Note that if this is an employer-based plan, the state where the insurance plan was issued might be different from the state where you live, and it's the state where the plan was issued that governs – not the state where you live The third reason why the exclusion might not be valid is because your plan might not be "insurance" at all If you have health care coverage through an employer, it's going to be one of two things: it's either going to be an insurance plan or a self-funded health plan An insurance plan is where the employer buys a group insurance plan from an insurance company The insurance company is responsible for paying all of the claims and administering the plan

In a self-funded plan, the employer sets aside a big pool of money to which employees and employers contribute and that money is used to pay out the claims The confusing part is that the employer generally hires an insurance company like Cigna or UnitedHealthcare to administer the plan and that's the name you're going to see on your insurance card In a self-funded plan, the employer is ultimately responsible for the terms of the plan The way this works in practice, however, is that insurance companies offer set plans to employers, and generally, that's the source of these explicit trans exclusions Many employers never sat down and decided to exclude trans health care

But the fact that your employer is responsible for the exclusion means you can ask them to remove it Many of you may be confused and wondering how it can be the case that you can live in a state such as NY that has an insurance bulletin prohibiting exclusions, and work for a NY-based employer, and yet, your employer has told you there's an exclusion that they're not getting rid of The reason for this is a federal law called ERISA – the Employee Retirement Income Security Act That governs employer-based health plans If you work for a private employer and you have a self-funded plan, ERISA overrides state law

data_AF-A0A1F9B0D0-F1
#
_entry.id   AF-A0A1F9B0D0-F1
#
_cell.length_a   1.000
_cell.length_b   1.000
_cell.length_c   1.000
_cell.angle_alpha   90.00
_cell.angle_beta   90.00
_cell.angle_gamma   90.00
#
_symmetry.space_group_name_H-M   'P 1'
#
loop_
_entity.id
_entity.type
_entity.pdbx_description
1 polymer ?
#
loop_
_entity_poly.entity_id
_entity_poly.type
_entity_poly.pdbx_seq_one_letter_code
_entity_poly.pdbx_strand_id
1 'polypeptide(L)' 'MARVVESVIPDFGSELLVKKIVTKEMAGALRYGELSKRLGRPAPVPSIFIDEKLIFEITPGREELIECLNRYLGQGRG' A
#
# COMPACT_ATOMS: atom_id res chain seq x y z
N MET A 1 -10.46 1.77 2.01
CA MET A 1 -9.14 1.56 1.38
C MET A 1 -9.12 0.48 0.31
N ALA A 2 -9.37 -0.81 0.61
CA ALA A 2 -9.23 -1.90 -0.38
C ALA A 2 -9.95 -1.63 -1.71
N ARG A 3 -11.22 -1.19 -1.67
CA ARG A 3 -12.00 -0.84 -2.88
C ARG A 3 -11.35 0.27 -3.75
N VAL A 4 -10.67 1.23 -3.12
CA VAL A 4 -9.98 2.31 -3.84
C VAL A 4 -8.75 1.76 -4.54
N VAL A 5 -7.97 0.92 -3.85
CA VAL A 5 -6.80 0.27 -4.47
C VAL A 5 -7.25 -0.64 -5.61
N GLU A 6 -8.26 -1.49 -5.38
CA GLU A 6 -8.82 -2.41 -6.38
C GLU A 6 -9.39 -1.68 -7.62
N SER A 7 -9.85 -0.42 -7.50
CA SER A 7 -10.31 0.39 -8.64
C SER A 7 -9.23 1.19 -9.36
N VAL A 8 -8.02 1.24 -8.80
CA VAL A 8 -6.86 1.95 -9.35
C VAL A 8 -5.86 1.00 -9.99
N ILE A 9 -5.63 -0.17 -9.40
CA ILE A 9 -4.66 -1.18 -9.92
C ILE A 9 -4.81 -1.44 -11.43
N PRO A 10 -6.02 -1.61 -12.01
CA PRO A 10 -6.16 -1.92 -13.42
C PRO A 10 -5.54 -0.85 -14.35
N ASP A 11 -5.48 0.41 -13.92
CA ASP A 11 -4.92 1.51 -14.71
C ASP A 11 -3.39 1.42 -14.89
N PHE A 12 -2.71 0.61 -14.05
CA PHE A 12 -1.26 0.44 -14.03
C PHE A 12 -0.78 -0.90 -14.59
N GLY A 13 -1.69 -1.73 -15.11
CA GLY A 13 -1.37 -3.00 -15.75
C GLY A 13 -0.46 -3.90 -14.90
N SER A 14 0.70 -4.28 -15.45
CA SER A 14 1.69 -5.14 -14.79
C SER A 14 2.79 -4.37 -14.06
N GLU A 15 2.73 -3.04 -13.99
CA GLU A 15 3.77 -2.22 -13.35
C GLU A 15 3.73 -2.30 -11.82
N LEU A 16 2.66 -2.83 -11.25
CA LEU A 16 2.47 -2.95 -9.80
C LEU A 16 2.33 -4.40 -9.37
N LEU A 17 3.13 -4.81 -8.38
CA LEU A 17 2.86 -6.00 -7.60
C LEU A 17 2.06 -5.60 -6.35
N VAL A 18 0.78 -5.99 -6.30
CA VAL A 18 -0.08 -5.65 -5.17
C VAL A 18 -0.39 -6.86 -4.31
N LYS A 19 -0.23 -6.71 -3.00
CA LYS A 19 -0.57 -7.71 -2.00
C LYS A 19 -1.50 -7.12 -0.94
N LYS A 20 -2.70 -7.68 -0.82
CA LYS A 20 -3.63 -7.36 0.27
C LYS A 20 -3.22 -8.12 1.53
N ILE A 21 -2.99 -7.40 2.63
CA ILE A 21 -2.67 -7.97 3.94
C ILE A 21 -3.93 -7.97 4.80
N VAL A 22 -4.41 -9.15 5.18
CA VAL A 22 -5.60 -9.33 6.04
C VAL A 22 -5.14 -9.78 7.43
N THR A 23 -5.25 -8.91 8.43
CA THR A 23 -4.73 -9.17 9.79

One thing ERISA does is allow large employers that operate in multiple states to have one employee health plan for all of its employees regardless of what state they're in So, ERISA says that state insurance law and state nondiscrimination laws don't apply if it's a self-funded plan If your plan is insured, however, state insurance law still applies The way to know which state’s law applies is by looking at your plan booklet and seeing what state the plan was issued in The remedies that are available to you if there's an exclusion in your plan differ depending on whether it's insured or self-funded

So, you might be wondering, "how can I tell if my plan is self-funded or insured?" Sometimes it says so right in the plan booklet that this is a self-funded, non-insured plan Easy Otherwise, it requires more detective work and you definitely want to consult with an expert If it's a self-funded plan, it's required to have a page that lists the plan administrator That page will provide information about if the insurance company is just the claims administrator or if they are acting as an insurer

If it's an insurance plan, oftentimes there will be a group policy number at the beginning of the document You can also ask your benefits coordinator which kind of plan it is So after you've completed those three steps 1) Getting a hold of your plan booklet 2) Looking for an explicit exclusion 3) Determining whether it's self-funded or insured you're well on your way to knowing what YOUR health plan covers and what legal rights and remedies are going to apply to your situation In our next video we're going to discuss how to access care under your plan and what steps to take if you are denied Thanks for watching and do us a favor, scroll down, leave a comment

Ask a question Let us know if this was helpful or not And please share this video with your friends so that we as a community can move forward and eliminate trans health exclusions ♪

Source: Youtube